MSI has announced that it will support Intel's 9000-series processors with 15 of its Z370 motherboards. From a larger perspective, the announcement signals that Intel's next generation processors, which purportedly step up to eight cores for mainstream models, will be backwards compatible with existing motherboards. There have also been several reports that H-Series motherboards will also support the new processors, but those reports remain unconfirmed.
Intel has long suffered the ire of enthusiasts and mainstream users alike due to the lack of backwards motherboard compatibility among its new chips, especially in light of AMD's commitment to support its AM4 socket with all of its mainstream processors until 2020. True to form, Intel's Coffee Lake processors also necessitated a step forward from 200-series motherboards to 300-series models despite the similar LGA 1151 interface found on both generations of motherboards.
Intel claimed that 300-series motherboards required optimized memory trace routing and improved power delivery to support the six-core models, and subsequent digging found that the company did in fact beef up power delivery to the interface.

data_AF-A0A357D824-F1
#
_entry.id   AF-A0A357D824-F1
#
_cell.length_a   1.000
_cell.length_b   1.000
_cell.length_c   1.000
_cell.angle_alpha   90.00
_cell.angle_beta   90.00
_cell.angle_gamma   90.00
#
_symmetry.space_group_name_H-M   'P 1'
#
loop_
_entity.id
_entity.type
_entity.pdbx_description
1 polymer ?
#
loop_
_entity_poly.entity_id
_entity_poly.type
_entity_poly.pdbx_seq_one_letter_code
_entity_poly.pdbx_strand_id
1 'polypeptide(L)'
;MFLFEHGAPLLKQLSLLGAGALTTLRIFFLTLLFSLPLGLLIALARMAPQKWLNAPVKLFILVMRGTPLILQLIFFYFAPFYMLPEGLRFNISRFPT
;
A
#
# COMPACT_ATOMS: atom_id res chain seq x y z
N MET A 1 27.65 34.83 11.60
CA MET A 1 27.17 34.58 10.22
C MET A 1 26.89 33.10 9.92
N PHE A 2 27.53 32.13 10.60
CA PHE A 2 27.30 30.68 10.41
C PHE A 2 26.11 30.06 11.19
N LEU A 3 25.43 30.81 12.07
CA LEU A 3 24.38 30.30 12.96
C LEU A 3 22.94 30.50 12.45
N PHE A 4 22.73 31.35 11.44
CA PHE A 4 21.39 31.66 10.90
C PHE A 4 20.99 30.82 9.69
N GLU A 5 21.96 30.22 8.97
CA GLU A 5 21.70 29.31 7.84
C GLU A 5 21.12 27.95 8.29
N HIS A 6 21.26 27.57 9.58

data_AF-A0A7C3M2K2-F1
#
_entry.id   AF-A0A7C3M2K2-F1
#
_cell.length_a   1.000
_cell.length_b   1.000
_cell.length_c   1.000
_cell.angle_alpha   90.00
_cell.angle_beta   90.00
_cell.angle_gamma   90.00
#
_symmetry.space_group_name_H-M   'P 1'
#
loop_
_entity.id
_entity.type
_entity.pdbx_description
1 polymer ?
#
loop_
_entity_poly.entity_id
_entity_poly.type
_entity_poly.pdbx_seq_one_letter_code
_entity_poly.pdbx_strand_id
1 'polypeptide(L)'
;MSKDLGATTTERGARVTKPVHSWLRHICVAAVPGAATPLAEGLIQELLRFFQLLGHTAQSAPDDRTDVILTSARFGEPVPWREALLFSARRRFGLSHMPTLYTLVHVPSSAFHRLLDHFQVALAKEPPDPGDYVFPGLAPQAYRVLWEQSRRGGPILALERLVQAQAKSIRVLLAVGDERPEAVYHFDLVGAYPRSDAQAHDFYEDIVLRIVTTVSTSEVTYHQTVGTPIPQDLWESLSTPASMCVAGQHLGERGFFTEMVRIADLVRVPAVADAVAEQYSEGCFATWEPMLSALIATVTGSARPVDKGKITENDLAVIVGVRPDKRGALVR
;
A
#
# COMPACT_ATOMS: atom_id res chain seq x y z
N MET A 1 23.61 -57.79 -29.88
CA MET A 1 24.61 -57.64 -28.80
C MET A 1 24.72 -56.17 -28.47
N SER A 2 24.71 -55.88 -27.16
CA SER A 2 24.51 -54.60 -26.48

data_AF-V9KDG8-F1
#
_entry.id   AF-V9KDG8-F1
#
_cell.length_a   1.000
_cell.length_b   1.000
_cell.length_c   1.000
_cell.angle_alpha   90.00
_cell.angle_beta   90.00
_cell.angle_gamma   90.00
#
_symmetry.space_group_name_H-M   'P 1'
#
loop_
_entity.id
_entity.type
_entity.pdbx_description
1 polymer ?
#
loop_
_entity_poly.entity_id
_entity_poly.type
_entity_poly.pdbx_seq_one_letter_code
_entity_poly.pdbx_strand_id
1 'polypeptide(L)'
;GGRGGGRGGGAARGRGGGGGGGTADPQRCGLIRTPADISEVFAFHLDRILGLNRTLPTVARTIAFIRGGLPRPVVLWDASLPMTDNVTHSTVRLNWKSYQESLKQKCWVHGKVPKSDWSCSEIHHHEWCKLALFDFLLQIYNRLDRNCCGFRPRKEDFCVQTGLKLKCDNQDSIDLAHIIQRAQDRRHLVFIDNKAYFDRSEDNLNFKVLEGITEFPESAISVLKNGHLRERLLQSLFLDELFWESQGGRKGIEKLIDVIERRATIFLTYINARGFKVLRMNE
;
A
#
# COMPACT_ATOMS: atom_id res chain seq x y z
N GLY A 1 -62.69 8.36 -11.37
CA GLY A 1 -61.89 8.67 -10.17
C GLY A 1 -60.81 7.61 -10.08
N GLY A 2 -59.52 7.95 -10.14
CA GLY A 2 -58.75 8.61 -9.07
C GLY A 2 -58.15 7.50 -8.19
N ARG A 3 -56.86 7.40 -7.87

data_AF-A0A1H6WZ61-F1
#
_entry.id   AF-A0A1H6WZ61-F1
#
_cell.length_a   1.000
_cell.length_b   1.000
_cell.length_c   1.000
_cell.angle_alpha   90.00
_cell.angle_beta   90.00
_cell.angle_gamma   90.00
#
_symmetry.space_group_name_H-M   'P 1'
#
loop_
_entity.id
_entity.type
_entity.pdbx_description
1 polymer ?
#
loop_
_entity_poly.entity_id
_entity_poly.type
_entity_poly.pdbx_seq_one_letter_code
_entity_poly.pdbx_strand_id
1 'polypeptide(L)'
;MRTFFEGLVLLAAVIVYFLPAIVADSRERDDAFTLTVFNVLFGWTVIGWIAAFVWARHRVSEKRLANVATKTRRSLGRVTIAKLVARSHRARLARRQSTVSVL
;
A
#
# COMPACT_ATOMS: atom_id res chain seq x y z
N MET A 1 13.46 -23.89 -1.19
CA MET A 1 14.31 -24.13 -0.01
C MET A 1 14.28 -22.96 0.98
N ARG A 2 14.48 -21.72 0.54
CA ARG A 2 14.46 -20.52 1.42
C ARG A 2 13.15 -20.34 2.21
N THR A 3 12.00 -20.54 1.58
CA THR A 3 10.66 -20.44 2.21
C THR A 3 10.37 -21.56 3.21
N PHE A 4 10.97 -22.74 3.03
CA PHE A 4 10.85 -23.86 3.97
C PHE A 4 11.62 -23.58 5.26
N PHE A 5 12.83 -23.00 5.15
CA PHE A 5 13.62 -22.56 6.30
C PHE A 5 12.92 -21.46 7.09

Many enthusiasts opined that the existing power delivery for the 200-series motherboards could have handled the increased power draw of the new six-core Coffee Lake models, but given the revelation that 300-series boards will also support the eight-core models, it appears that Intel was setting the stage to support eight-core models on the 300-series platform as well.
Curiously, existing Z370 motherboards lack the new features Intel added to its H, Q and B-Series chipsets, like 10Gbps USB 3.1 and support for CNVI Wi-Fi modules, but it appears the company is readying new Z390 to bring the high-end boards more in line with the downstream models.
More details are arriving by the day about Intel's forthcoming 9000-series processors, but many of the recently leaked roadmaps contradict one another. At least with MSI's leak, we know that support for 9000-series processors is well underway, so we should learn more shortly.